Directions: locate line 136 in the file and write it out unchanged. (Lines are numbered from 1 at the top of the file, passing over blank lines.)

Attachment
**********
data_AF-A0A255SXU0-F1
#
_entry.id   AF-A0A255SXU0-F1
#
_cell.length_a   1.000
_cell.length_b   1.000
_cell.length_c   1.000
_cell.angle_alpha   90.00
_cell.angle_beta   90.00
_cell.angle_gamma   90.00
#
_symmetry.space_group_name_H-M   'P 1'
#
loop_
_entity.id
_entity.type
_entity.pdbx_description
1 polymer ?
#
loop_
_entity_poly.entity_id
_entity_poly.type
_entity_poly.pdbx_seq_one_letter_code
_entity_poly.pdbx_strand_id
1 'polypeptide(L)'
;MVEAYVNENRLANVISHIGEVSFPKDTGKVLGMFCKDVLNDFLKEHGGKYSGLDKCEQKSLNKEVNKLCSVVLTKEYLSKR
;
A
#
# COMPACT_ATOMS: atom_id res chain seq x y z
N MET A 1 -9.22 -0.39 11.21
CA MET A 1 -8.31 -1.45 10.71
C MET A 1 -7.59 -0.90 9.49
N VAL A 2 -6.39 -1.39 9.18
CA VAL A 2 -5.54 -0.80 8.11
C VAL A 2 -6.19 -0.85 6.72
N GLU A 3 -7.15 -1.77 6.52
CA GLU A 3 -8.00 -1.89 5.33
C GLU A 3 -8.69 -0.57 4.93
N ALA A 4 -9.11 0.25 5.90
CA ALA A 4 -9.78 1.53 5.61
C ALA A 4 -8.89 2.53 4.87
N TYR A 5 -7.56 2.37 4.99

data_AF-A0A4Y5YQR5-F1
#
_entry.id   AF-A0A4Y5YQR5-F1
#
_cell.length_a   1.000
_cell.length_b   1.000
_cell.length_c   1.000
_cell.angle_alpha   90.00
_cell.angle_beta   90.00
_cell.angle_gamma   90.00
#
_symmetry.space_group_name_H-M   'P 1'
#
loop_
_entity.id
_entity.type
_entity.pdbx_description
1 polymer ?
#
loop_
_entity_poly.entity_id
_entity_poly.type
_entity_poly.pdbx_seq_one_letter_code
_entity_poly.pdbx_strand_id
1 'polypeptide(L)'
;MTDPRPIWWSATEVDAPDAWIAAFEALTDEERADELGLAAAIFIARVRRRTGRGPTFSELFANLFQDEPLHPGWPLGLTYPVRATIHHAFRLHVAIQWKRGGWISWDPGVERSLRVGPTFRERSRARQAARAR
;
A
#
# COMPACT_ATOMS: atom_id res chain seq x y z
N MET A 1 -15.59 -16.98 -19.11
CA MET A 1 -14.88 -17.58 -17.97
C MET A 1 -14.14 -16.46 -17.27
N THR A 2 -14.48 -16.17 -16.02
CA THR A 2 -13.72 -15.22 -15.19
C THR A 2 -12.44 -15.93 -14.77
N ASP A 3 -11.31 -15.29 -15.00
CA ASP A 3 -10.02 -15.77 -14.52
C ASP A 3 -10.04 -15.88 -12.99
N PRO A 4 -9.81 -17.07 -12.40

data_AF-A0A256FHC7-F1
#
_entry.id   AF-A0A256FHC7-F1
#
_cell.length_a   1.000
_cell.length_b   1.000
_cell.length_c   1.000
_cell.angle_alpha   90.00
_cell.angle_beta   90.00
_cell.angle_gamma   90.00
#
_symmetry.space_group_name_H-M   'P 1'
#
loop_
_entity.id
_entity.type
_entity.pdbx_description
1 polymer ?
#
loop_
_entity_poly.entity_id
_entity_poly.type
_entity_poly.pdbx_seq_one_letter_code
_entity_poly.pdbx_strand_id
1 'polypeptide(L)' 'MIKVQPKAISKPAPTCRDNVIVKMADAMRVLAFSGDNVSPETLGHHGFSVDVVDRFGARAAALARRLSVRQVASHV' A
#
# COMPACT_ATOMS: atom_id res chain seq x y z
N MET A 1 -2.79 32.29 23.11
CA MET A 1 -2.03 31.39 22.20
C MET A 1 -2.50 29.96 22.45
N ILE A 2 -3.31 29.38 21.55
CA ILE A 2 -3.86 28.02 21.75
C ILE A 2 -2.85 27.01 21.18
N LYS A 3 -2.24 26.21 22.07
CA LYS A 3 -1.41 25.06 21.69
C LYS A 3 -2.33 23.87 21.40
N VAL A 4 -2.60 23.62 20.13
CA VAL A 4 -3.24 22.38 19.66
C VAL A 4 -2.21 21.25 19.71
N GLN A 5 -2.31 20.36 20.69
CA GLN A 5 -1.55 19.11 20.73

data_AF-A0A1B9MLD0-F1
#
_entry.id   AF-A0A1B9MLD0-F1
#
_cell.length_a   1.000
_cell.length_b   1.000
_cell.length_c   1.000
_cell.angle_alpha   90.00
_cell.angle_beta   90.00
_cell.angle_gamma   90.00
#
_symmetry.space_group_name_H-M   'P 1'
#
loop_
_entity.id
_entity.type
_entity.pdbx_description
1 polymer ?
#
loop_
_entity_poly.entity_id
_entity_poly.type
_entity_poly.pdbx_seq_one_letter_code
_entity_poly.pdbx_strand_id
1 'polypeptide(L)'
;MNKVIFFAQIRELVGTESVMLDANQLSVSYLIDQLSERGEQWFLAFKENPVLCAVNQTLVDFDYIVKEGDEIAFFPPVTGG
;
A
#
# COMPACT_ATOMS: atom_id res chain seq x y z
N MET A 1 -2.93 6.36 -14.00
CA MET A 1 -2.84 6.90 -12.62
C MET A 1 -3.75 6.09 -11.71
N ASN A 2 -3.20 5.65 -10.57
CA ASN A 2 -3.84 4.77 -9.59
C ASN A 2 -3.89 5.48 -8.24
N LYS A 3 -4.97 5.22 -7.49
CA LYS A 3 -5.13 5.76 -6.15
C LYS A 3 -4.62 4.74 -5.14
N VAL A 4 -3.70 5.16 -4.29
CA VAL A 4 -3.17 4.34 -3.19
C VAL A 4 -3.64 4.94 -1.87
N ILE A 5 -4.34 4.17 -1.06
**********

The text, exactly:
_symmetry.space_group_name_H-M   'P 1'